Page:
The Worst Nutrition Advice This Dance Dietitian Has Ever Heard
When it comes to what you should be eating, rumors often catch on like wildfire. Dietitian Rachel Fine, who works with dancers in New York City, shares the most misguided nutrition strategies she's recently encountered.
Rumor: Drink Bulletproof Coffee Every Morning.
Give your body carbs when it wakes up. Photo by Mikesh Kaos/Unsplash
Reality: The trendy recipe, which mixes butter and oil into coffee, isn't really what your body needs when you wake up. "When you sleep, your body's using most of its glycogen stores," says Fine. "The best thing when you wake up is not drinking caffeine and fat, but replenishing your carb stores."
Rumor: Only Eat Organic.
Don't let a focus on organic products keep you from eating healthy. Photo by Megan Hodges/Unsplash
Reality: Fine supports buying organic when it comes to any fruit or vegetable where you eat the skin, and any dairy products, meat or fish. But she sees dancers get overly obsessive. "It turns into a fear of eating out if they don't have access to organic food," she says.
Rumor: Eat a Tablespoon of Coconut Oil Per Day.
Coconut oil is great for moisturizing, but doesn't need to be part of your daily diet. Photo by Jonas Ducker/Unsplash
Reality: "Coconut oil is actually high in saturated fats, not healthy fat," she says. You're better off incorporating olive oil or avocado oil into your diet instead.
Rumor: Completely Cut Out Carbs.
Carbs give you energy to dance. Photo by Sarah Boyle/Unsplash
Reality: "Each macronutrient has its own job," says Fine. "Carbs give us energy, protein helps repair muscle, fat is critical for healing." If you're not giving your body enough carbs for energy, it's going to use protein instead, which will break down your muscles.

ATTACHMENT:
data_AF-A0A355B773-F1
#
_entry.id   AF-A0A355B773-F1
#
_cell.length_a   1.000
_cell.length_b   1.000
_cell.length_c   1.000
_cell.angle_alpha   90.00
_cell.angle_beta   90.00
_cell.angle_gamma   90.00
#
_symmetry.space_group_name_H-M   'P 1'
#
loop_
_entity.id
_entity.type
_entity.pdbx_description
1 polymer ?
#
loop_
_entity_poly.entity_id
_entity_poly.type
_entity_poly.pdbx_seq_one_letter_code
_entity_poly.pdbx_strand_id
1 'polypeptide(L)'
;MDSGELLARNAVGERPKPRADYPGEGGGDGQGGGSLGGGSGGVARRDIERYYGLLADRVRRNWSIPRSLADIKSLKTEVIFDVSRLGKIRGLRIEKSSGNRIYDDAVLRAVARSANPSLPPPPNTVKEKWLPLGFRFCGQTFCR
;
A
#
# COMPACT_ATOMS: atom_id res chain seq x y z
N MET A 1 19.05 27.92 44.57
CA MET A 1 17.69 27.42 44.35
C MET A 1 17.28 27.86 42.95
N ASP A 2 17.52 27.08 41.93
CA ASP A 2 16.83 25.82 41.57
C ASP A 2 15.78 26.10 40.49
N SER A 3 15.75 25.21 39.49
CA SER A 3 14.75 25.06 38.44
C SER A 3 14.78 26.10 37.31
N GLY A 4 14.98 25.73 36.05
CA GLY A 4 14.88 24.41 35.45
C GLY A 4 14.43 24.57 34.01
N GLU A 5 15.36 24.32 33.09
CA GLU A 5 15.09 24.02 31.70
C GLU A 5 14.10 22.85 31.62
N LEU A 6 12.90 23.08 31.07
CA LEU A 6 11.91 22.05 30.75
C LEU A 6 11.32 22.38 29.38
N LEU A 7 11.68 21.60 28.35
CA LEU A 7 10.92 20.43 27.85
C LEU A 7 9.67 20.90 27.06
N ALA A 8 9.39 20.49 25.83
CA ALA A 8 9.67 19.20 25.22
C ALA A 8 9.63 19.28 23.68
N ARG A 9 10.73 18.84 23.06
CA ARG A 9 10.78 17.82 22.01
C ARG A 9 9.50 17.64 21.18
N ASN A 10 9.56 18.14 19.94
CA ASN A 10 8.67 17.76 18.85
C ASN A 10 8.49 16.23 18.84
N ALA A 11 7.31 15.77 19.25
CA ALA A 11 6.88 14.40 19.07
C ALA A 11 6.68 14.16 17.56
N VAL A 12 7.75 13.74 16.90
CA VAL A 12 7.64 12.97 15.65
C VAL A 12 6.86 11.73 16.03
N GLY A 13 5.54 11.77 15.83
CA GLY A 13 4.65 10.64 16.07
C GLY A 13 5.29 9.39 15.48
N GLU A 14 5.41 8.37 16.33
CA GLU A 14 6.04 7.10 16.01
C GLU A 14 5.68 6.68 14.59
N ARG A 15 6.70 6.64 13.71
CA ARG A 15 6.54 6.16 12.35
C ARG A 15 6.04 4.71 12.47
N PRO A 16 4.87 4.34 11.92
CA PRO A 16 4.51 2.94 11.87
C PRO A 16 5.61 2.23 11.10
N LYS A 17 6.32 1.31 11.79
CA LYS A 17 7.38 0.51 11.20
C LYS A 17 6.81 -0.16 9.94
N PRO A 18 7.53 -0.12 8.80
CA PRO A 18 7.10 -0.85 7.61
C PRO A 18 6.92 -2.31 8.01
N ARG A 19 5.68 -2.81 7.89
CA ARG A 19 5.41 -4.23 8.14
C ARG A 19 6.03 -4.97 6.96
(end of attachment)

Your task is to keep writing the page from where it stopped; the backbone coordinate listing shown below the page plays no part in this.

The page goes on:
Rumor: MCT Oils Give You Better Energy.
Medium-chain fatty acids break down faster than long-chain fats, but you're unlikely to see real benefits. Photo by Katherine Hanlon/Unsplash.
Reality: It's true that your body can break down this medium-chain fatty acid (found in certain foods with saturated fats) more quickly than long-chain fats. "But you don't really see those energy benefits unless you're a super-intense, Michael Phelps kind of athlete," says Fine. Even then, the science behind it is pretty preliminary.
Rumor: Swap Out Sugar for Stevia.
Sugar (in moderation) is likely safer than substitutes. Photo by Joanna Kosinska/Unsplash
Reality: Unless a client is being treated for diabetes, Fine recommends regular table sugar in moderation: "It's been around forever, and there are no chemicals in it." You're better off with one teaspoon of the real stuff than multiple packets of something that has little research behind it.
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If "Fosse/Verdon" whet your appetite for the impeccable Gwen Verdon, then Merely Marvelous: The Dancing Genius of Gwen Verdon is the three-course meal you've been craving. The new documentary—available now on Amazon for rental or purchase—dives into the life of the Tony-winning performer and silver-screen star lauded for her charismatic dancing.
Though she's perhaps most well-known today as Bob Fosse's wife and muse, that's not even half of her story. For starters, she'd already won four Tonys before they wed, making her far more famous in the public eye than he was at that point in his career. That's just one of many surprising details we learned during last night's U.S. premiere of Merely Marvelous. Believe us: You're gonna love her even more once you get to know her. Here are eight lesser-known tidbits to get you started.
Every dancer knows that how you fuel your body affects how you feel in the studio. Of course, while breakfast is no more magical than any other meal (despite the enduring myth that it's the most important one of the day), showing up to class hangry is a recipe for unproductive studio time.
So what do your favorite dancers eat in the morning to set themselves up for a busy rehearsal or performance day?
When it comes to dance in the U.S., companies in the South often find themselves overlooked—sometimes even by the presenters in their own backyard. That's where South Arts comes in. This year, the regional nonprofit launched Momentum, an initiative that will provide professional development, mentorship, touring grants and residencies to five Southern dance companies.
You ever just wish that Kenneth MacMillan's iconic production of Romeo and Juliet could have a beautiful love child with the 1968 film starring Olivia Hussey? (No, not Baz Luhrmann's version. We are purists here.)
Wish granted: Today, the trailer for a new film called Romeo and Juliet: Beyond Words was released, featuring MacMillan's choreography and with what looks like all the cinematic glamour we could ever dream of: